|Publication number||US4259332 A|
|Application number||US 06/120,063|
|Publication date||Mar 31, 1981|
|Filing date||Feb 11, 1980|
|Priority date||Dec 7, 1979|
|Publication number||06120063, 120063, US 4259332 A, US 4259332A, US-A-4259332, US4259332 A, US4259332A|
|Inventors||Raffaele Passoni, Vittorio Camboni|
|Original Assignee||Laboratorio Chimico Farmaceutico Causyth S.P.A.|
|Export Citation||BiBTeX, EndNote, RefMan|
|Patent Citations (1), Non-Patent Citations (9), Referenced by (7), Classifications (27)|
|External Links: USPTO, USPTO Assignment, Espacenet|
This application is a Continuation-In-Part of U.S. Ser. No. 047,040 filed June 11, 1979, now abandoned.
The present invention relates to taurine derivatives. More particularly it relates to taurine derivatives which have antilipemic and choleretic activities, antiinflammatory, analgesic and antipyretic activity, to processes for the preparation of such derivatives, and to pharmaceutical compositions of such derivatives.
Taurine, otherwise known as 2-aminoethanesulphonic acid, is a naturally occurring compound of the formula (X). ##STR2##
In particular, it occurs in the human body as a conjugate with bile acids, the conjugate with cholic acid being taurocholic acid.
The present invention provides taurine derivatives of the general formula (I) ##STR3## (wherein R1 is a nicotinoyl, 3,4,5-trimethoxybenzoyl or acetylsalicyloyl group, and R2 is as defined for R1 or is a --CH2 CH2 OR1 group wherein R1 is as defined) and pharmaceutically acceptable salts thereof.
The present taurine derivatives have various pharmacological utilities, especially antilipemic and choleretic activities, antipyretic, analgesic and antiinflammatory activity.
Accordingly the present invention provides pharmaceutical compositions which contain a taurine derivative of general formula (I), or a pharmaceutically acceptable salt thereof, together with a pharmaceutically acceptable carrier or diluent. The carrier or diluent can be conventional and the composition may contain further components if desired.
The pharmacological activity of the present derivatives is illustrated by the following results for typical derivatives of the invention.
(A) N-nicotinoyl-N-(2-nicotinoyloxy)ethyltaurine, Compound A Toxicology
Mice of either sex were treated orally for 180 days with 200 mg/kg of compound A. There was no mortality nor any significant variation in the weight increase curve when compared with control mice.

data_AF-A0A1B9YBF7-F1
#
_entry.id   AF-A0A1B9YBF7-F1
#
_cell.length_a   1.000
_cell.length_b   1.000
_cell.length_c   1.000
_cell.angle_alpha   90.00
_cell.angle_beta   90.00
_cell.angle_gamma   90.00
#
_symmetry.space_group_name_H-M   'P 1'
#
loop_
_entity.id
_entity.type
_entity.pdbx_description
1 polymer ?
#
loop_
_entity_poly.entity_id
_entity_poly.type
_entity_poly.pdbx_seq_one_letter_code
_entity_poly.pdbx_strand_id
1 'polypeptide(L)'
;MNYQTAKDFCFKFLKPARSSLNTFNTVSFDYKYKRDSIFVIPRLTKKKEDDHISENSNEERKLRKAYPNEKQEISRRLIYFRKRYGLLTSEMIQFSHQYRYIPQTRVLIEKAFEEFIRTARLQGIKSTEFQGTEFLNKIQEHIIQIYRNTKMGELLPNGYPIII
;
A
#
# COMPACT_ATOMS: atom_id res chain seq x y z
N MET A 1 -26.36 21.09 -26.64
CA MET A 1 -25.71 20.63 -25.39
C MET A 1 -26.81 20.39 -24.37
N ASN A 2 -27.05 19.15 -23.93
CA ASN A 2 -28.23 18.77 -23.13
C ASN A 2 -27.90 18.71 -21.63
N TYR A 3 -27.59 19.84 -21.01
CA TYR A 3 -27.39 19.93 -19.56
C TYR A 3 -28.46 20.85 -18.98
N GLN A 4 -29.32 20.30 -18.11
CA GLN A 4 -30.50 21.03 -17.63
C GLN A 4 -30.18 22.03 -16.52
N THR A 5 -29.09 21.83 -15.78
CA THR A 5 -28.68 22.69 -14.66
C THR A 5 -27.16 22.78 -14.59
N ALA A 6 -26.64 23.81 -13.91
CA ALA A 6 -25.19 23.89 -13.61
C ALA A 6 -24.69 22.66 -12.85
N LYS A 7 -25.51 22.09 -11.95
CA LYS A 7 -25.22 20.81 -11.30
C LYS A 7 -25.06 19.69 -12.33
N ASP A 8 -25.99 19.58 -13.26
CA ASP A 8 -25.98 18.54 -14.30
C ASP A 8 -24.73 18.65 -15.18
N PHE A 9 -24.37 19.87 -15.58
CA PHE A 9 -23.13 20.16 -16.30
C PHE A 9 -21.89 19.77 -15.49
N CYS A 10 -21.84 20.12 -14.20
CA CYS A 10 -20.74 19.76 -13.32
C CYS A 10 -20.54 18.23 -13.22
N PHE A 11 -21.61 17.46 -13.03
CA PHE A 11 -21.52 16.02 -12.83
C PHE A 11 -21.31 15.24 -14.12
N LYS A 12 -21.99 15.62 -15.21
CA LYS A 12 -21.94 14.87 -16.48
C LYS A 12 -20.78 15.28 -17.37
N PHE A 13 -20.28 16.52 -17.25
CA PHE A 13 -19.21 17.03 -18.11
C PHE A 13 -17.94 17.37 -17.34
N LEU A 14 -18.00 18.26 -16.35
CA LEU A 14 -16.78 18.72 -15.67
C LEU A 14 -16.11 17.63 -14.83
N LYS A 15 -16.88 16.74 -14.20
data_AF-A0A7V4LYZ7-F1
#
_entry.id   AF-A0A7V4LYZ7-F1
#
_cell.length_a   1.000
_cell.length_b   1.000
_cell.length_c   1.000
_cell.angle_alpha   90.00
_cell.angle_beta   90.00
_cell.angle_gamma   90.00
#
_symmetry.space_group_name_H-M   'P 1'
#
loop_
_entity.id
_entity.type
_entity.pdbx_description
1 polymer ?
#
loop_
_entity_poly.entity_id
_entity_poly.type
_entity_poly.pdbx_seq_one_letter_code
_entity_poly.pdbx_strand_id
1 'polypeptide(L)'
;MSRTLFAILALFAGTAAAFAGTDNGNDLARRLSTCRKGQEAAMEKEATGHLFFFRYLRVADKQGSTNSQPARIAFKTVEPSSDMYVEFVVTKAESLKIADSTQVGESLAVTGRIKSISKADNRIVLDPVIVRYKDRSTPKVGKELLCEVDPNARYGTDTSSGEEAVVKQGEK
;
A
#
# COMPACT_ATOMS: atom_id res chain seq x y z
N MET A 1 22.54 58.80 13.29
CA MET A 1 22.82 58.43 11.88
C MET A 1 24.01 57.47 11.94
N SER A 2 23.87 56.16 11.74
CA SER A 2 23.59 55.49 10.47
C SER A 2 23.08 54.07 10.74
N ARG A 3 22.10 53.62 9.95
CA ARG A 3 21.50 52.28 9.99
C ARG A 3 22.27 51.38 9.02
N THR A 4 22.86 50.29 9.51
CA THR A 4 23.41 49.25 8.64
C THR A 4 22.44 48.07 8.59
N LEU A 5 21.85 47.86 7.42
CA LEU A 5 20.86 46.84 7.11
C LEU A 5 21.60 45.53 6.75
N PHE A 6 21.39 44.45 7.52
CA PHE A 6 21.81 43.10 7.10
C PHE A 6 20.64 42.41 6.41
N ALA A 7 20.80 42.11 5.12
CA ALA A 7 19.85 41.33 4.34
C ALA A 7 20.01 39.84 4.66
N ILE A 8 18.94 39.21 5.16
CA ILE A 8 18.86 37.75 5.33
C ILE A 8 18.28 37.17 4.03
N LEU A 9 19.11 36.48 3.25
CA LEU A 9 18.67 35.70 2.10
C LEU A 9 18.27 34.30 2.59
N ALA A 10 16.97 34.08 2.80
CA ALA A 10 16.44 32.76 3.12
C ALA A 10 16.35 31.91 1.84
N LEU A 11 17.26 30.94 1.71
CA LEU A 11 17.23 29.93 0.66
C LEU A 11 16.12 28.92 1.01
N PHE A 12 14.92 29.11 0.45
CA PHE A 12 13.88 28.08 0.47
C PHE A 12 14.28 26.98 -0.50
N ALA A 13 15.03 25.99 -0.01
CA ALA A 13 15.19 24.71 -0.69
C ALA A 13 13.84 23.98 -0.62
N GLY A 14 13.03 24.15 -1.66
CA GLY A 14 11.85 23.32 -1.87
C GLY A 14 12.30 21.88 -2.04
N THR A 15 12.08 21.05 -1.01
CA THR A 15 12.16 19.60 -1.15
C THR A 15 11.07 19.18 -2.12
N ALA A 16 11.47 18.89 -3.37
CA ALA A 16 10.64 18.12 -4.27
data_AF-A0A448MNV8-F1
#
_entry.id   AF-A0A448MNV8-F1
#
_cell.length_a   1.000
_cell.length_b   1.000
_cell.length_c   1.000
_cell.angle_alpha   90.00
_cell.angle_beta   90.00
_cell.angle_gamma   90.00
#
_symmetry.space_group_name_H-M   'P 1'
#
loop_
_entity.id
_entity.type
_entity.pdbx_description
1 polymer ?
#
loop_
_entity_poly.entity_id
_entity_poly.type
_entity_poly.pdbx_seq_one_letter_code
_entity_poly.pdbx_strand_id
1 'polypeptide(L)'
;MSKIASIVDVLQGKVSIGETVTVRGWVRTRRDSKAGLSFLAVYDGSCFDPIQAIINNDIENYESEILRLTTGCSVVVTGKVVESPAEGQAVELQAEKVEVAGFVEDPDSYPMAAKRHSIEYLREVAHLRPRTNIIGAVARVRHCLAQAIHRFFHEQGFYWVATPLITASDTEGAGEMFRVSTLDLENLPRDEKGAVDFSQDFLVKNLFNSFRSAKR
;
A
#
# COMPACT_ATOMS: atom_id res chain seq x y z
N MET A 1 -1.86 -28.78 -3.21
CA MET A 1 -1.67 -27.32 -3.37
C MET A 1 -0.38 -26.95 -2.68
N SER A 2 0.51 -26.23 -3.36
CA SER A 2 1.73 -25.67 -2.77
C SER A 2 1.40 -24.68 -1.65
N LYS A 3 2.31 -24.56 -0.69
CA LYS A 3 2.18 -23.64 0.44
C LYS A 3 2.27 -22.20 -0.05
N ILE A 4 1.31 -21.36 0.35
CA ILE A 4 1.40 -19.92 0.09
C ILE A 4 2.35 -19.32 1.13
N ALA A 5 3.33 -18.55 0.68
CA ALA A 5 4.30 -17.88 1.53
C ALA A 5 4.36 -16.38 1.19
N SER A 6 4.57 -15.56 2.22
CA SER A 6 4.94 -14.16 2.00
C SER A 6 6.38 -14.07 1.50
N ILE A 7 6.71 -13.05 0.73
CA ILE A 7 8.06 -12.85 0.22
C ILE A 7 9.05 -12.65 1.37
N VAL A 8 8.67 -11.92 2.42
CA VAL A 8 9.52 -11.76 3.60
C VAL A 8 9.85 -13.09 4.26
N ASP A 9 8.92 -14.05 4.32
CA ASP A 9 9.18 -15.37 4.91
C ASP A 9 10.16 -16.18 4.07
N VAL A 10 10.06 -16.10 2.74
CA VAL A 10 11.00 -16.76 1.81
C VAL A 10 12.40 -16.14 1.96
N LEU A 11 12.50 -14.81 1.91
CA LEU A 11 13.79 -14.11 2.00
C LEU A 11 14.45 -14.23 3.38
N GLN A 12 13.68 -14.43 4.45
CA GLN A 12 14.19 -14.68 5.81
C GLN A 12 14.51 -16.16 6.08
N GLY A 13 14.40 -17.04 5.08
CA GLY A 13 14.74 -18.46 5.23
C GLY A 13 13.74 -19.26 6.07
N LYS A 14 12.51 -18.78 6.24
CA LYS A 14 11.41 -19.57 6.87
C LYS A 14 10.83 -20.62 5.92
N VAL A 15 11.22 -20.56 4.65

The vasodilatory activity of the Compound A of the invention was investigated in comparison with (i) a mixture of the components of Compound A, i.e. N-hydroxyethyltaurine plus nicotinic acid, (ii) nicotinic acid, (iii) mesoinosital hexanicotinate (inositol niacinate), and (iv) 3-pyridylcarbinol tartrate.
The vasodilative activity was evaluated by administering the products endoperitoneally at the doses indicated in Table 1. The test was as described for the vasodilation of the ocular conjunctiva in guinea pigs (J. Pharmacol. 21, 192-1969).
Each value of Table 1 is the average of 10 measurements.
TABLE 1______________________________________Vasodilator Activity Effect Positive Time of Dose response appearance DurationCompound (mg/kg) (%) (seconds) (minutes)______________________________________A 0.1 0 0 0 1.0 80 90 120 10.0 100 96 120N-hydroxy-ethyltauri-ne + nico-tinic acid 10.0 0 0 0Nicotinicacid 10.0 0 0 0 25.0 20 -- -- 50.0 80 180 87Mesoinositalhexanicotina-te 1.0 0 0 0 10.0 100 81 873-Pyridyl-carbinoltartrate 0.1 0 0 0 1.0 40 -- -- 10.0 100 57 120______________________________________
The results show that the Compound A of the invention possesses a better activity than the 3-pyridylcarbinol compound, both in terms of the number of responses and in terms of the duration. It should be noted that the mixture of N-hydroxyethyltaurine and nicotinic acid possesses no activity, thus showing different pharmacokinetics.
The activity of the Compound A of the invention was evaluated in comparison with the activity of (i) N-hydroxyethyltaurine, (ii) nicotinic acid, (iii) a mixture of these two compounds (i) and (ii), and (iv) α-(1-hydroxy-4-phenylcyclohexyl)butyric acid (fencibutirol), which is a known hepatoprotector.